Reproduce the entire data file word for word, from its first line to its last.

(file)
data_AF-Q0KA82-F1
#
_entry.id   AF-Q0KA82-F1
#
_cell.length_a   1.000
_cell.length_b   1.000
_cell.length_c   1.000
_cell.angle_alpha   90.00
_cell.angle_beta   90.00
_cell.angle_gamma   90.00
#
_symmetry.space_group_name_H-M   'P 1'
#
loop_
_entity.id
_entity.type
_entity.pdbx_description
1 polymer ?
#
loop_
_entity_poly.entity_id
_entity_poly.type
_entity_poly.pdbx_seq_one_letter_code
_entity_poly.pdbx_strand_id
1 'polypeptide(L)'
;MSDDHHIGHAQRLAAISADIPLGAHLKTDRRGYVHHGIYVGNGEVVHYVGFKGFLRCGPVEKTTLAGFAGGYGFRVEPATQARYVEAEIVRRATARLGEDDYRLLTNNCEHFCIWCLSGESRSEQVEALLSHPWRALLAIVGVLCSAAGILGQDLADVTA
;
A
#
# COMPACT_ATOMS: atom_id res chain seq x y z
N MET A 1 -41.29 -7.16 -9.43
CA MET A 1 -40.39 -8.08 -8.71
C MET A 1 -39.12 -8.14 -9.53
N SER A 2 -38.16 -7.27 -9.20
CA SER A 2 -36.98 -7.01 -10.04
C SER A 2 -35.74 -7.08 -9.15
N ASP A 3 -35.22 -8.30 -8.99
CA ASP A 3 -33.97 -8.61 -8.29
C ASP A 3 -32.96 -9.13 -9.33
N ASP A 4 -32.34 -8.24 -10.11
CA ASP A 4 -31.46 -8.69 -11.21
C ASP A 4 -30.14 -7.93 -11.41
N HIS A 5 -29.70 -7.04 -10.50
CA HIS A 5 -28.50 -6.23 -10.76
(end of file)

data_AF-Q0KA82-F1
#
_entry.id   AF-Q0KA82-F1
#
_cell.length_a   1.000
_cell.length_b   1.000
_cell.length_c   1.000
_cell.angle_alpha   90.00
_cell.angle_beta   90.00
_cell.angle_gamma   90.00
#
_symmetry.space_group_name_H-M   'P 1'
#
loop_
_entity.id
_entity.type
_entity.pdbx_description
1 polymer ?
#
loop_
_entity_poly.entity_id
_entity_poly.type
_entity_poly.pdbx_seq_one_letter_code
_entity_poly.pdbx_strand_id
1 'polypeptide(L)'
;MSDDHHIGHAQRLAAISADIPLGAHLKTDRRGYVHHGIYVGNGEVVHYVGFKGFLRCGPVEKTTLAGFAGGYGFRVEPATQARYVEAEIVRRATARLGEDDYRLLTNNCEHFCIWCLSGESRSEQVEALLSHPWRALLAIVGVLCSAAGILGQDLADVTA
;
A
#
# COMPACT_ATOMS: atom_id res chain seq x y z
N MET A 1 -41.29 -7.16 -9.43
CA MET A 1 -40.39 -8.08 -8.71
C MET A 1 -39.12 -8.14 -9.53
N SER A 2 -38.16 -7.27 -9.20
CA SER A 2 -36.98 -7.01 -10.04
C SER A 2 -35.74 -7.08 -9.15
N ASP A 3 -35.22 -8.30 -8.99
CA ASP A 3 -33.97 -8.61 -8.29
C ASP A 3 -32.96 -9.13 -9.33
N ASP A 4 -32.34 -8.24 -10.11
CA ASP A 4 -31.46 -8.69 -11.21
C ASP A 4 -30.14 -7.93 -11.41
N HIS A 5 -29.70 -7.04 -10.50
CA HIS A 5 -28.50 -6.23 -10.76